M and her new boss, Gareth Mallory (the always smooth talking Ralph Fiennes) orders Bond back
to active service (which he may not be precisely ready for after his shaky
sabbatical) and sends him of a mission across the world in search of that
pesky NATO hard drive. Predictably,
Bond finds himself geared up with high tech gadgets provided by a much
younger and snarky Q (Ben Whishaw, whom was so terrific in the recent CLOUD
ATLAS) and later crosses paths with an exotic beauty - a sex-slave named Severine (the
smoky-eyed Bernice Marlohe) - with ties to the
nefarious mastermind behind everything. Bond
does manage to infiltrate the bad guy’s lair, so to speak, and comes
face-to-face with him, an underground cyber terrorist named Silva (Javier
Bardem) who seems just as egomaniacal as every other Bond villain from the
past, but this time has far more intimate and personal reasons for wanting
to make Bond’s life – and that of another at MI6 – a living hell.
SKYFALL is the very first Bond film directed by an Oscar winner, in this
case Sam Mendes, who previously worked with Daniel Craig on ROAD TO
PERDITION. The change of
filmmakers from Marc Foster (a good director that was in over his head with QUANTUM
OF SOLACE) to Mendes can immediately be felt, as the latter’s overall
stylistic approach to action has a more graceful clarity (gone are the
spastic editing and frenetic camera work that plagued Foster’s style from
Bond 22). Mendes’ greatest
artistic coup was to nab Roger Deakins as his DP, who previously worked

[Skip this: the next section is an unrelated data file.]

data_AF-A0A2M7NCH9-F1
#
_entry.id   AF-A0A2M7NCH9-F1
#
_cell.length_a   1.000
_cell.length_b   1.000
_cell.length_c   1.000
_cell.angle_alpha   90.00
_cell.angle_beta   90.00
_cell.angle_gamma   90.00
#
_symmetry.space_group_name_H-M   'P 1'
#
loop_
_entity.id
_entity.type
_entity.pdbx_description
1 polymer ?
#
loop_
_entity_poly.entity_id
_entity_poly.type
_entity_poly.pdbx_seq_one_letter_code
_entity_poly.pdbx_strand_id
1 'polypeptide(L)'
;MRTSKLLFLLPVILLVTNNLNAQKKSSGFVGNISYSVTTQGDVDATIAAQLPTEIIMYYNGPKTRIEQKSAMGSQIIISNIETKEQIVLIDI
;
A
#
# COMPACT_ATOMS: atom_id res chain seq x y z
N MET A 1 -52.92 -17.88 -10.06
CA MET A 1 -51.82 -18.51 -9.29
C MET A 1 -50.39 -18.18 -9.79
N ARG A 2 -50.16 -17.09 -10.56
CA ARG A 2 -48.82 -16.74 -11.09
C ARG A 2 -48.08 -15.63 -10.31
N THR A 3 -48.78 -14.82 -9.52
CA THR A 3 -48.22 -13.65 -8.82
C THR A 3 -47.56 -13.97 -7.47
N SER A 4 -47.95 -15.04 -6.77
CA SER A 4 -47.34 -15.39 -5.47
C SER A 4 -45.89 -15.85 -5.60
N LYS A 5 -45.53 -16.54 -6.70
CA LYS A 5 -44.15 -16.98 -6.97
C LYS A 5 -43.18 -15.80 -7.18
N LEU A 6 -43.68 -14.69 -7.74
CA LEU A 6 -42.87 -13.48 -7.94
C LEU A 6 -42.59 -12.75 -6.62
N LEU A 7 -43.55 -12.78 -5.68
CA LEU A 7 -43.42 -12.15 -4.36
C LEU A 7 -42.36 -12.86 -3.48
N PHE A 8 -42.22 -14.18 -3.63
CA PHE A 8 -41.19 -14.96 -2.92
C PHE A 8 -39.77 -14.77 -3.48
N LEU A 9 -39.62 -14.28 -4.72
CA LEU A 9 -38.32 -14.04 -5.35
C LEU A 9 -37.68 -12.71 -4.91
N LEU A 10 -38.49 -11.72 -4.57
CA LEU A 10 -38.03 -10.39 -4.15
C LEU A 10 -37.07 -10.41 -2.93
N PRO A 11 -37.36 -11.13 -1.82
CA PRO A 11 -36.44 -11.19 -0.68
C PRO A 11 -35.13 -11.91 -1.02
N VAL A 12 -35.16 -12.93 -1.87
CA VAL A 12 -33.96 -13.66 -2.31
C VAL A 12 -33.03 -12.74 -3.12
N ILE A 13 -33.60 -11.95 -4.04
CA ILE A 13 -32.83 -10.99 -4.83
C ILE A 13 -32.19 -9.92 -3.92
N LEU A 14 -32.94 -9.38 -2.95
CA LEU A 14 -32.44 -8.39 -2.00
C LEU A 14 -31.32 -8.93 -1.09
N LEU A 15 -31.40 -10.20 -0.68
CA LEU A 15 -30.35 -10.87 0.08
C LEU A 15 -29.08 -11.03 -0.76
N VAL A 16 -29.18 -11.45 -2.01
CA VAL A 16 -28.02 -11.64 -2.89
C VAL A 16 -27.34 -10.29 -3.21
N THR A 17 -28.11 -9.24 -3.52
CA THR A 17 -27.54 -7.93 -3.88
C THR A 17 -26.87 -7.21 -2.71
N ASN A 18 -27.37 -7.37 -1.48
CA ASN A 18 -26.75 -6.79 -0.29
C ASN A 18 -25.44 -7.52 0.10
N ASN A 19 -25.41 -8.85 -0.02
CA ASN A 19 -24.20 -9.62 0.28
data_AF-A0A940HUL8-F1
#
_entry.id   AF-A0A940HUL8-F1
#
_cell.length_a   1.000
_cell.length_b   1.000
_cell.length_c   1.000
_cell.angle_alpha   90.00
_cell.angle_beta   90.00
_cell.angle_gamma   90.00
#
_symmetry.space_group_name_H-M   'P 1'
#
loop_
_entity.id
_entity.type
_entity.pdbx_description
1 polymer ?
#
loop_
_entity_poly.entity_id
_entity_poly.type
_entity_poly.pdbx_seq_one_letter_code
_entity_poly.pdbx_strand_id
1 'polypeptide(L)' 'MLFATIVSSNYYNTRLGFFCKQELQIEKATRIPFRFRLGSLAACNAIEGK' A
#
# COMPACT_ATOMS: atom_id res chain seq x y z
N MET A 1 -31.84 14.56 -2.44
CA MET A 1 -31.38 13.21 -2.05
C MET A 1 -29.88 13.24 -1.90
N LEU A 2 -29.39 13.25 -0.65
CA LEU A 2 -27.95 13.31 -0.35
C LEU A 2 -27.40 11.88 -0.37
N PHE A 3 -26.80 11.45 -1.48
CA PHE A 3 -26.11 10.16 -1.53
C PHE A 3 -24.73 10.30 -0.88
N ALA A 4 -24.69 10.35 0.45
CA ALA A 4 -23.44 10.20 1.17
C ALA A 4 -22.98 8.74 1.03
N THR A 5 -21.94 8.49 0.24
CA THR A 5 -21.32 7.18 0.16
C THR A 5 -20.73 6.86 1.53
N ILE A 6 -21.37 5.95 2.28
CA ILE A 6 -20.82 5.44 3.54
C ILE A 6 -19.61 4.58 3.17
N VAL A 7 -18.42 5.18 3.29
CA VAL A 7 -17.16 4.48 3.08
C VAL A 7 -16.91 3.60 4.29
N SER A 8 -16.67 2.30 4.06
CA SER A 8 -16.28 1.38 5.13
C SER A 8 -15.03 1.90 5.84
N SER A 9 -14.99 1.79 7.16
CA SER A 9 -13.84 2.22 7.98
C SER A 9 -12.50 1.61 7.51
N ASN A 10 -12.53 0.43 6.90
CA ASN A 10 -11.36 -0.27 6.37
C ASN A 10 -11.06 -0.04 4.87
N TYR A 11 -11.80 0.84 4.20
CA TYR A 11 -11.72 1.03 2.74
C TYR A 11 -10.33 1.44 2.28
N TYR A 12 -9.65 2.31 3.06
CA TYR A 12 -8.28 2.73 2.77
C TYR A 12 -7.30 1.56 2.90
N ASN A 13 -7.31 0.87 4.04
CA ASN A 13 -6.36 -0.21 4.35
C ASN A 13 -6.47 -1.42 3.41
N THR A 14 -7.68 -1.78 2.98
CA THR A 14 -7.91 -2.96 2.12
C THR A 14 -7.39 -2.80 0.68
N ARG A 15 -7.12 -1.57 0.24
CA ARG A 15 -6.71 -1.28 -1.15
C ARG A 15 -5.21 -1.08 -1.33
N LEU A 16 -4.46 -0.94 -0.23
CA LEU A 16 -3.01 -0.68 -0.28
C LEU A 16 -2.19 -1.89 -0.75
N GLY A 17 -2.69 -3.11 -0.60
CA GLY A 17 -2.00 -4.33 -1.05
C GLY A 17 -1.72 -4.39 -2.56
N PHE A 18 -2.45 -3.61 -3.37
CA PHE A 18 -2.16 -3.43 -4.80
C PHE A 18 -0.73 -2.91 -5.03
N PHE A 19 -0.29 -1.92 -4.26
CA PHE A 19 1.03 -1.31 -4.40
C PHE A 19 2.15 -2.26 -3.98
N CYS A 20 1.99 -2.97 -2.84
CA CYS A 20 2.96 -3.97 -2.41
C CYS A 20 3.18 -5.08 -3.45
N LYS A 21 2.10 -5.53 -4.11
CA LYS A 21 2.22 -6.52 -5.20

with him on JARHEAD and REVOLUTIONARY
collaboration results in the most exquisitely and forebodingly beautiful
looking Bond film in an awfully long time.
The visual tapestry of SKYFALL hits its zenith during a masterfully
envisioned shoot-out atop of a Shanghai high-rise with its neon-drenched
skyline in the background and during a scene at a Macau casino that glows
with rich golden hues. SKYFALL
is a masterpiece of strong and evocative location shooting and elegant
is an actor’s director on top of being a superlative stylist and he
gets great performances from the cast.
Little needs to be embellished about Craig, only that he now seems
about as focused, secure, and composed in the role as he ever will be; he's
still the most aggressively intimidating of all the Bond actors while, at the
same time, eliciting a low key vulnerability that few others have
Dench’s M still remains a delight (not many actresses can convey
poker-faced authority as easily as she does) and Fiennes lends even more austerity and
class to an already classy ensemble.
The real standout, though, is Bardem’s haunting – yet
deliciously playful – turn as Silva, who’s an outwardly well tailored
and coiffed villain that harbors deep wounds – in more ways than one - from a